Ethical Issues in Relation to Psychotherapy Clinical Practice

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Ethical Issues in Relation to Psychotherapy Clinical Practice Topic Analysis
Professional Practice Module: 588623

Tarsha Warin

Lecturers: Dr Antoinette McCallin & Peter Greener
Submitted: November 3rd 2005

Introduction
I will begin this topic analysis by dividing the assignment up into four sections. The topic I am choosing to analyse is the complexity of ethical issues in relation to psychotherapy practice. Specifically these ethical issues will include the relationship, privacy and confidentiality issues, and a brief discussion of sexuality and economic cost efficiency. In section one I will include a brief outline of ethics and general ethical issues within a psychotherapy context. Section two considers health reforms and professional regulation legislation within New Zealand’s health sector. In section three I discuss the specific ethical issues as stated above within a psychotherapeutic setting and finally in section four I outline the impact of the Treaty of Waitangi on ethical practice in psychotherapy.

Section One
Ethical Issues within Psychotherapy
It is important to begin this assignment by briefly defining the term “ethics.” The Oxford Dictionary (1999) describes ethics as a, “moral principle and a moral philosophy” (p.176). This gives a simple description that gives us a basic framework to begin to work from, however, it does not clarify the issues of complexity involved when dealing with ethical issues in professional practice or in general. Some of these ethical issues include, economic scarcity, delivery systems, different patient care, increasing information, advances in medical technology and changing interprofessional roles (Reigle & Boyle, 2000).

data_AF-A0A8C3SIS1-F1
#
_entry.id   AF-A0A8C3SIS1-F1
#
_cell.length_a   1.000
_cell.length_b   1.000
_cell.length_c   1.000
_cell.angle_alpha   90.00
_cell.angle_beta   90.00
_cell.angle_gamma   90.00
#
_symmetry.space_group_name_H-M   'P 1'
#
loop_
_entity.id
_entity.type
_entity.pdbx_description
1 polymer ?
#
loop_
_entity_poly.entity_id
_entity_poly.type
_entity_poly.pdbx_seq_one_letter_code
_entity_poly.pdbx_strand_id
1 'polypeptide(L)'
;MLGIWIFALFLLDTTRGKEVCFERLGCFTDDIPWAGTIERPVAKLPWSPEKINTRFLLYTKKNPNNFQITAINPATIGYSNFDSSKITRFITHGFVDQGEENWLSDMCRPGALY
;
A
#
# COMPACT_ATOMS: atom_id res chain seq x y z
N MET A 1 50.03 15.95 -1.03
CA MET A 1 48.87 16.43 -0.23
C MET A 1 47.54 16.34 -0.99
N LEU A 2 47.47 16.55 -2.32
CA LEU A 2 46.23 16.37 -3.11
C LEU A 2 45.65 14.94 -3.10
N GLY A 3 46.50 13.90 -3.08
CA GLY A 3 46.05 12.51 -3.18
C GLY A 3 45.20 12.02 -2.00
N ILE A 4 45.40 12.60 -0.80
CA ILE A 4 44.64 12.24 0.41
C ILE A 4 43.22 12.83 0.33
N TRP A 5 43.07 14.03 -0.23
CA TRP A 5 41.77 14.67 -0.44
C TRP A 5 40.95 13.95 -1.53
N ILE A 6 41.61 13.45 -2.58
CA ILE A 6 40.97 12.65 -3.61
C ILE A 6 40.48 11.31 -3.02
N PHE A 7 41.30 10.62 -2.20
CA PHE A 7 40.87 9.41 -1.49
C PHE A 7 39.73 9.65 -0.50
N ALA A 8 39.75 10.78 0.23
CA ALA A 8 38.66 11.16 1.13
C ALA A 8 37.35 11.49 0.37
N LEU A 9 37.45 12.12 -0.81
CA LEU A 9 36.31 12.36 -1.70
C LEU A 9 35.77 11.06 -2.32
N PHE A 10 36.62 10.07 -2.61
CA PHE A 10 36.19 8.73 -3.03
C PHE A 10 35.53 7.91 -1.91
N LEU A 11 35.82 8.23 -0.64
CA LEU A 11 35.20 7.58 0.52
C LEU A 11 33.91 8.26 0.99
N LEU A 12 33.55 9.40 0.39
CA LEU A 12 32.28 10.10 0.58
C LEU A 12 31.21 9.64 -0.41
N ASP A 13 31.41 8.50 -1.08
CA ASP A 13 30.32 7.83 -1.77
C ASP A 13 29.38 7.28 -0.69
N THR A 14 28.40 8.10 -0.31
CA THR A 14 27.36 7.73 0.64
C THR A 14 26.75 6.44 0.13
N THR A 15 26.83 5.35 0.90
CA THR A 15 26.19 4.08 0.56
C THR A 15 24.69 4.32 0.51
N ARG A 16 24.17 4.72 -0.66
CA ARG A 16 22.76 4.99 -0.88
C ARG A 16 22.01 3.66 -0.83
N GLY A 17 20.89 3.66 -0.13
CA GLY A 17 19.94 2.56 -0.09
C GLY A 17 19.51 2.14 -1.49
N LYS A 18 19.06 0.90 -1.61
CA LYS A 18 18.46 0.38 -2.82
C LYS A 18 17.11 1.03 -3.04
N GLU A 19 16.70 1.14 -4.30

From my perspective ethics means a body of principles that we reflect on and act on both individually and corporately within a social setting. Ethics is the foundation for decision making, guidelines for professional practice and an expression of values individually and collectively. Ethics is therefore a process of human problem solving, involving emotions and reasoning. Ethics is not to do with finding objective truths or answers (Auckland University of Technology Lecture, 2005). Comstock (1994) states, “ethics are the study of arguments regarding moral right or wrong, good and bad, insofar as the arguments concern professional matters related to the maintenance of health, as well as those principles that prescribe how practitioners will work to actualise or improve the well-being of the client” (p.1297).

What is an ethical issue? What is an ethical decision? Why are they necessary? Who defines them? And why and how are they applied? These are important questions that are relevant to my psychotherapy practice and which I attempt to answer throughout this assignment. Mitchel (1996) describes an “ethical issue” as, “concerns involving disagreements or opposing views among two or more parties (patients, families, physicians, psychotherapists, insurance companies) about what is the right or best decision related to patient care” (p.10). An “ethical decision” is an attempt to reach a rational consensus through a systematic framework involving a diversity of individuals and opinions that possibly conflict (Comstock, 1994). Is ethics a necessary part of society? I’d have to answer yes, as ethics give us some basic guidelines, principles and assumptions with which to construct social meaning.

Psychotherapeutic practice is a specialised interpersonal health practice which works with individuals and bodies of individuals who suffer overwhelming life afflictions, discomfort, pain and conflict and who are in need of external help (Feltham, 1999). Besides the very diverse and complex biological, physicalogical and psychological world of these individuals, therapists also have to be aware of the environmental sources that have significantly impacted on these individuals, such as, school, work, family, community, culture and...
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